Vol. 160 No. #16

More Stories from the October 20, 2001 issue

  1. Ecosystems

    Another World Hides inside Coral Reefs

    The first systematic survey of crevices inside Red Sea reefs reveals abundant filter feeders that may capture significant nutrients for the reef.

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  2. Chemistry

    Nobel recognizes three for handy chemistry

    The 2001 Nobel Prize in Chemistry honors research that led to new chemicals, materials, and drugs, including widely used heart medicines.

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  3. Paleontology

    Lemurs reveal clues to ancient Asian roots

    A diminutive lemur species inhabited what is now central Pakistan about 30 million years ago, a new fossil find suggests.

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  4. Earth

    Lowland tree loss threatens cloud forests

    Changes in regional climate brought about by large-scale deforestation in the eastern lowlands of Central America are affecting weather in the mountains downwind, imperiling ecosystems there.

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  5. Health & Medicine

    Retail meats host drug-resistant bacteria

    Three studies appear to tie livestock growth promoters to risk of serious human disease.

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  6. Health & Medicine

    AMA: Drugs are for anthrax, not fear

    Doctors should not use antibiotics prophylactically against anthrax unless there is good reason to believe the individual had encountered the germs directly, the American Medical Association advises.

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  7. Health & Medicine

    Hormone wards off immune cells in womb

    A hormone known for its involvement in the brain's response to stress also plays a key role in shielding the developing embryo from its mother's immune system.

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  8. Health & Medicine

    Pregnancy spurs a tumor suppressor

    Pregnancy hormones may prime breast cells to maintain a supply of p53, a cancer suppressor protein, thus accounting for why women who have undergone pregnancy generally have a lower breast cancer risk than do others.

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  9. Paleontology

    Fossils found under tons of Kitty Litter

    Excavations at North America's largest Kitter Litter mine have yielded fossils of ancient aquatic reptiles, as well as evidence of a tsunami generated by the extraterrestrial impact that killed off the dinosaurs about 65 million years ago.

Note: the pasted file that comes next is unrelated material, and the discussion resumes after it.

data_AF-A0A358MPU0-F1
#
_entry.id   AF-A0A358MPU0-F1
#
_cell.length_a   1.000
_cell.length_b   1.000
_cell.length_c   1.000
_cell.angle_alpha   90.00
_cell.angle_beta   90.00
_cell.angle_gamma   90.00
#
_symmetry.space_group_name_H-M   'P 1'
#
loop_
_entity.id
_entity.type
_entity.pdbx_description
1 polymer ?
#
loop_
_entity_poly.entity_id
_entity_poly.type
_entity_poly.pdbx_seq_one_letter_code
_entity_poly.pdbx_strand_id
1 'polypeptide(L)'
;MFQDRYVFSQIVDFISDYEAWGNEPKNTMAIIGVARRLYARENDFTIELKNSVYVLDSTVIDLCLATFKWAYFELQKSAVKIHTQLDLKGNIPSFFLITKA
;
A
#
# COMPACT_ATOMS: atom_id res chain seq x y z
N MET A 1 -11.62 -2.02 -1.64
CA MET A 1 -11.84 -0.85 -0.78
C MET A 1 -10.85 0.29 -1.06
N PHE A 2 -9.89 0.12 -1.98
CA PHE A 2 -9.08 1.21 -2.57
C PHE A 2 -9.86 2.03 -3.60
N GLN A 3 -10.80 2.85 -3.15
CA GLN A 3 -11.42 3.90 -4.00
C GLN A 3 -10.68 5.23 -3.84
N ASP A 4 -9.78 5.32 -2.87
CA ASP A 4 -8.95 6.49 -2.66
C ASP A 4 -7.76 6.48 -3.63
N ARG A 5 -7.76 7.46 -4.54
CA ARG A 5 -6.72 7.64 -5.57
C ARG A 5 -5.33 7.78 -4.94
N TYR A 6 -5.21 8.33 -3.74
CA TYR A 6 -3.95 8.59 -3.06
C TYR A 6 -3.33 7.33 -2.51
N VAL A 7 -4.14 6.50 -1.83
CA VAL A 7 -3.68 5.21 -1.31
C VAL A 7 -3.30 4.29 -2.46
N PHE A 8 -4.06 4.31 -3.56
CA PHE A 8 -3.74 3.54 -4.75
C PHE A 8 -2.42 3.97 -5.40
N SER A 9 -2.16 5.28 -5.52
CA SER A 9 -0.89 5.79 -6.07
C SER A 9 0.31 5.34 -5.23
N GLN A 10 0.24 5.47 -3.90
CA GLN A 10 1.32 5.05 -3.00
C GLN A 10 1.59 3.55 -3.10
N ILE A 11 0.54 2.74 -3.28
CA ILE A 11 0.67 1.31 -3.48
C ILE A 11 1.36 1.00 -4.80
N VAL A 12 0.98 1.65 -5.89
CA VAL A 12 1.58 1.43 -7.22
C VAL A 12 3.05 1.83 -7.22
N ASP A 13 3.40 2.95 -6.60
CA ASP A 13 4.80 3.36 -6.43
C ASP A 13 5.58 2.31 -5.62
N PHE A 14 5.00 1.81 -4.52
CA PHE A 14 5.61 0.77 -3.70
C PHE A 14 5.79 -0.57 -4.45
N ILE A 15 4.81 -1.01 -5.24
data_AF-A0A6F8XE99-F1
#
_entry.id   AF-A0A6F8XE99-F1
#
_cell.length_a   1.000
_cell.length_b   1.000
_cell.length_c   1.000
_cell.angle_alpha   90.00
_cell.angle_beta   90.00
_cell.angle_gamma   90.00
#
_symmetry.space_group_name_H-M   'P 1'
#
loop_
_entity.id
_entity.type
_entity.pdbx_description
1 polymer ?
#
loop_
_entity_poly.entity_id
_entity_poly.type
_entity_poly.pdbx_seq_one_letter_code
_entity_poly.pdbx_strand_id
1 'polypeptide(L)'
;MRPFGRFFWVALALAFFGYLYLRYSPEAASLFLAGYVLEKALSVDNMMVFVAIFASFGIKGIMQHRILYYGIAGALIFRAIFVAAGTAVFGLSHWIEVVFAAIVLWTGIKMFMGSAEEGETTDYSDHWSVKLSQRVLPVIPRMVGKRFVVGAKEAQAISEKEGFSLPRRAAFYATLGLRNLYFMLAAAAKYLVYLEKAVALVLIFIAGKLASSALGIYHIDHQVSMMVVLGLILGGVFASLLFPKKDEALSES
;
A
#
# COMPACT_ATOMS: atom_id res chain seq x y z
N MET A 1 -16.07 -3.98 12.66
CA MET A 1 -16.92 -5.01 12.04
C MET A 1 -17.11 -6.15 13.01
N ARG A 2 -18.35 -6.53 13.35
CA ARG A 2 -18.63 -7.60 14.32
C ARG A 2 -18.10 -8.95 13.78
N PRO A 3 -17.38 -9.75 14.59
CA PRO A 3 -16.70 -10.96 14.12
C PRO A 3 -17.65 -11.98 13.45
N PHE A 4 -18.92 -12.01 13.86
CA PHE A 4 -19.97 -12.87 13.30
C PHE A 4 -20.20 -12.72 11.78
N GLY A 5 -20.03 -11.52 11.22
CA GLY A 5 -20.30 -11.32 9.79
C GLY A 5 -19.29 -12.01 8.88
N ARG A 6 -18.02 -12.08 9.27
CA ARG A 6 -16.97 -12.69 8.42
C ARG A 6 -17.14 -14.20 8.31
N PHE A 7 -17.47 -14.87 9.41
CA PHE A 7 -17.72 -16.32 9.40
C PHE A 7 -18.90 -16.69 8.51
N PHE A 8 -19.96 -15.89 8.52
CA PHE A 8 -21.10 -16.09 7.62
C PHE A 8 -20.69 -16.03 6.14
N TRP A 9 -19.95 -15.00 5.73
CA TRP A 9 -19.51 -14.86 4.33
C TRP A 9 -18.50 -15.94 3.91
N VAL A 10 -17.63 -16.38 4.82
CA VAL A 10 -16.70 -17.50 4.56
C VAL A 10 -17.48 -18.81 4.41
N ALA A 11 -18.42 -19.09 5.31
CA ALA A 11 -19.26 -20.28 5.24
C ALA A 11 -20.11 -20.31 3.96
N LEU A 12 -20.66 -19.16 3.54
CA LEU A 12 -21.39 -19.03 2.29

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  10. Paleontology

    How did Triceratops grow its horns?

    Newly discovered fossil skulls of juvenile Triceratops may help reveal how the dinosaurs grew their three trademark horns.

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  11. Paleontology

    CT scan unscrambles rare, ancient egg

    A tangled heap of bones and bone fragments in the bottom of an unhatched elephant bird egg may soon be reassembled into a model of the long-dead embryo, thanks to high technology—and scientists won't even have to crack open the egg to do it.

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  12. Paleontology

    Even flossing wouldn’t have helped

    Small particles trapped in minuscule cracks or pits in the teeth of plant-eating dinosaurs could give scientists a way to identify the types of greenery the ancient herbivores were munching.

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  13. Chemistry

    Molecules, like Tinkertoys, link up

    Researchers have tailored molecules so that they self-assemble into predictable shapes on a gold surface.

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  14. Chemistry

    Milk protein does a membrane good

    Chemical engineers have created a new type of durable membrane from whey protein, a natural component of milk.

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  15. Rare sheep cloned from dead donor

    An international team used cells from recently dead ewes of the rare mouflon sheep to clone a lamb.

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  16. Ant invaders strand seeds without rides

    Invading Argentine ants may reshape the plant composition of the South African fynbos ecosystem because the newcomers don't disperse seeds.

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  17. Dolly Was Lucky

    Scientists studying the data on animal cloning argue that cloning a person would be unsafe.

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  18. Hair Today, Gone Tomorrow?

    Some scientists suggest that a better understanding of hair biology might not only lead to new treatments for people with too little (or too much) hair but also shed light on cancer, the growth and development of bodily organs, and other matters.

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